I love all the rock shelves!

And the flat-topped boulders!

Hello, Quinn and Everly! (I have to give a special shout-out, because today's his birthday.)

Brr! But I just want to jump right in! (And I have.)

On the southern tip of Madeline Island is a little known cemetery where Michel Cadotte, the area's most established trader is buried. Nearby, where a fort of the French and Indian war stood previously, he had established one of the premier trading posts of the region in the early 19th century. He and his family became well known in the fur trade. His wife Madeline, for whom the island is named, was born Equaysay, an Ojibwe princess, and raised on Wisconsin's nearby shores.

The sea caves prominent on the island shores and along Wisconsin's mainland.
Image by David Hamilton from Pixabay

Tourists and locals enjoy visiting the caves by kayak. In the winter, ice formations develop in the sea caves. During the winter of 2014, more than 95% of Lake Superior froze over--a nearly unheard of amount. The ice was 50 inches thick in some places. But that winter the caves were so amazing and accessible that 138,000 people trekked along the frozen shoreline to visit them. Many years the ice isn't safe enough for such a visit. My friend Julie Kramer made the journey and gives us great perspective with this shot.

Local friend and historian Dara Fillmore took these fabulous shots during her trek to the ice caves:

I love the juxtaposition of the ice and the sandstone layers.

What a view! Remember, the floor is ice, not rock!

Shh! Don't wake the abominable!

Stalactites...Icy Teeth!

For several months now on Colonial Quills, I've been sharing about the history and beautiful vistas of this region. My novel Song for the Hunter, releasing next January, is set mainly on Madeline Island during Michel Cadotte's reign as fur trader. Readers will become acquainted with the forests, rock ledges, and the historical trading post on Madeline Island. 

If visiting this beautiful setting appeals to you, you can reach the island by ferry. You'll find a small but wonderful museum there, campgrounds, beaches, hiking trails, and a couple places to eat and stay. I hope to go back there this summer. If I do, I'll bring back some more photos to share of these historical locations.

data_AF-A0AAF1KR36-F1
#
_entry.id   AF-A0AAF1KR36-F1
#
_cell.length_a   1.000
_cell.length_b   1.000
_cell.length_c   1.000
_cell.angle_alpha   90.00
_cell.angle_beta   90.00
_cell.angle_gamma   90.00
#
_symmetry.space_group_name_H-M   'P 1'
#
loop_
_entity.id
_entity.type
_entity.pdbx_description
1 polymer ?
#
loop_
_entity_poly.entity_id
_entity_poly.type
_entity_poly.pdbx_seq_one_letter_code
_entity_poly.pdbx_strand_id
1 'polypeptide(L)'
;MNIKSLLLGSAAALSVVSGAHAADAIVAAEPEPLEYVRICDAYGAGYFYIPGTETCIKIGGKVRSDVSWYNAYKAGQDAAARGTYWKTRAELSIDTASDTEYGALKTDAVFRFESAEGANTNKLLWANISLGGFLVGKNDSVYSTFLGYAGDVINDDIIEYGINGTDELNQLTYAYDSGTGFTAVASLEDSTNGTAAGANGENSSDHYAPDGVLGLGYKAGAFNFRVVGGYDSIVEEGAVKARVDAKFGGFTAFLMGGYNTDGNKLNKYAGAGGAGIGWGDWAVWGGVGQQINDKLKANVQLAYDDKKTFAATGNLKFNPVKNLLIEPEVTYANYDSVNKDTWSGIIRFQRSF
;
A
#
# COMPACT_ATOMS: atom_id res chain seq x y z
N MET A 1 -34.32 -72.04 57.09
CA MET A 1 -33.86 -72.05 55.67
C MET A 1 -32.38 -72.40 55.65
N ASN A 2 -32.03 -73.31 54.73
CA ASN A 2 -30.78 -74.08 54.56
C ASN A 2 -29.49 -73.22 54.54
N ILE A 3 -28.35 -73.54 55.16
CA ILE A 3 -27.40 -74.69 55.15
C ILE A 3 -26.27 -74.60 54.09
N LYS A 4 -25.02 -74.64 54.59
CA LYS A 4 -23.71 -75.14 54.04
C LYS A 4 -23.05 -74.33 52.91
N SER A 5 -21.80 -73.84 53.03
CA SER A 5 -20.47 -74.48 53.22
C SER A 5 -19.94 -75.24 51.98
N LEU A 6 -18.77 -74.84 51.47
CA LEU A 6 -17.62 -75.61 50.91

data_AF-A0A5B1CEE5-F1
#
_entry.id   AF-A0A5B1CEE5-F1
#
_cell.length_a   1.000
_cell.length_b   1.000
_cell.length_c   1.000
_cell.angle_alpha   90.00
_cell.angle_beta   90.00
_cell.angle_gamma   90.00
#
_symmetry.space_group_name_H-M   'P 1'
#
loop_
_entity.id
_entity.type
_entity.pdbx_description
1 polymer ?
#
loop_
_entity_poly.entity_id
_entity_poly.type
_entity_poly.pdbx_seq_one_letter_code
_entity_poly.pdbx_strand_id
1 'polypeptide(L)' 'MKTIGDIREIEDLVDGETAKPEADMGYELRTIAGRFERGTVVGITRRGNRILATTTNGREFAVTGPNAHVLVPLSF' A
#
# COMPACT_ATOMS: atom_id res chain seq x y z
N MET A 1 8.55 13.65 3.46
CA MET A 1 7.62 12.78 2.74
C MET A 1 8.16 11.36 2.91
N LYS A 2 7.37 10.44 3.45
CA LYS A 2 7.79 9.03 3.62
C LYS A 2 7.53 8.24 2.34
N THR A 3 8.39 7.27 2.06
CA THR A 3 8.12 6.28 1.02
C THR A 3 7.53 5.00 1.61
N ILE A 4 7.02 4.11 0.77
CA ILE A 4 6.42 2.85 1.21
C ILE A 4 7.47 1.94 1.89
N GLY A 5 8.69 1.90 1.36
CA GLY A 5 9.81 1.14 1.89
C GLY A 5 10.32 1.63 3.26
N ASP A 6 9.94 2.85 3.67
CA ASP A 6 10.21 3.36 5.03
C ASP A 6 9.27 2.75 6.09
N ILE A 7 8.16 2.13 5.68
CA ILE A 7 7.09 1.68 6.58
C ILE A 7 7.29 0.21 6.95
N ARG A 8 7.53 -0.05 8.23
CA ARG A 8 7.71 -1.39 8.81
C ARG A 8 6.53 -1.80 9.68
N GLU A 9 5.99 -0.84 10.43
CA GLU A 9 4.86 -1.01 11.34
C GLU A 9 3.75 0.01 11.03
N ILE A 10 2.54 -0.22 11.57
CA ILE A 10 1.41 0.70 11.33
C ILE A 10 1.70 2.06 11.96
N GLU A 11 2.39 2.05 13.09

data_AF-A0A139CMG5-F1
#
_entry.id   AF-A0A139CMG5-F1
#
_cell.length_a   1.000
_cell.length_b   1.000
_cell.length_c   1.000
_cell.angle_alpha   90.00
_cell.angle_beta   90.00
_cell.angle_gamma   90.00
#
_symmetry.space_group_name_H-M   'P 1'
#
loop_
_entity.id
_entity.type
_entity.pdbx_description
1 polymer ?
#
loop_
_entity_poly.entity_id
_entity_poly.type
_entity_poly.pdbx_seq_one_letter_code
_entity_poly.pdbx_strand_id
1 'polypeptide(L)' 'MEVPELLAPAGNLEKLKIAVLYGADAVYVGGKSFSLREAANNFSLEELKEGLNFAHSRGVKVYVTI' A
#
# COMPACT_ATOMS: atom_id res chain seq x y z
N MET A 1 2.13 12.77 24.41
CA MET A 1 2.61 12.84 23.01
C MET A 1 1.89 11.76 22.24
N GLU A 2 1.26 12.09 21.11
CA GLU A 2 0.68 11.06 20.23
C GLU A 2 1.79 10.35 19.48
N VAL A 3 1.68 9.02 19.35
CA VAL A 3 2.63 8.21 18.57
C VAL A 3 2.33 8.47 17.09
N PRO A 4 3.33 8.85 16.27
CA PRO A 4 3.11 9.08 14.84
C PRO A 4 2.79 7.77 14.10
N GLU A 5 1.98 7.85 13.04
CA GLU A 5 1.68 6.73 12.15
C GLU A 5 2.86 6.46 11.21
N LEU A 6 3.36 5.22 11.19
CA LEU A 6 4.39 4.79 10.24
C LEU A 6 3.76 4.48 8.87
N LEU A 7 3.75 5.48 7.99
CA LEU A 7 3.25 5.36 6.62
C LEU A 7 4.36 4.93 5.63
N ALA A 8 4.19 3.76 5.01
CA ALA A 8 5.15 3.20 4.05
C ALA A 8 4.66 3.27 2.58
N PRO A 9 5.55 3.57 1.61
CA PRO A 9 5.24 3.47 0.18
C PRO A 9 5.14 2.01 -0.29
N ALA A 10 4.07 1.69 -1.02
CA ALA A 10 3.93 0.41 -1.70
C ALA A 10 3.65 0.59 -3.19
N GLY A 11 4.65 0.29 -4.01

Bayfield Harbor and the Madeline Island Ferry

Have you ever visited the Apostle Islands? 

Find the party here: Journeying with Jenny
Join 13 authors at this event! I'll be hosting the April 11th, Noon-1:00 pm slot, Central Time (1pm-2pm Eastern). Besides sharing a few things about The Love Coward, I'll be hosting a couple of giveaways, and party-goers will be the first ones in on a cover reveal for a new Barbour romance compilation coming out next February!
Naomi Musch

Monday, March 15, 2021

The Formation of the Cherokee Regiment, Red Stick War

by Denise Weimer

As the release date for my Eastern frontier historical romance, Bent Tree Bride, approaches, I’ve shared the history behind the Red Stick War ( and the summer of 1813 battles at Burnt Corn Creek and Fort Mims ( to lay out events framing this little-known part of the War of 1812. We saw that a portion of the Creek Indians of modern-day Alabama, called Red Sticks, allied to the British in an attempt to keep their lands, while the Cherokees joined American forces under General Andrew Jackson with the same goal in mind. When the Red Stick Creeks began attacking their National Creek brethren, many National Creeks swarmed into Cherokee villages for refuge and called on the Cherokees for military defense. So did the Tennessee militia, later joined by Georgia and Mississippi militia.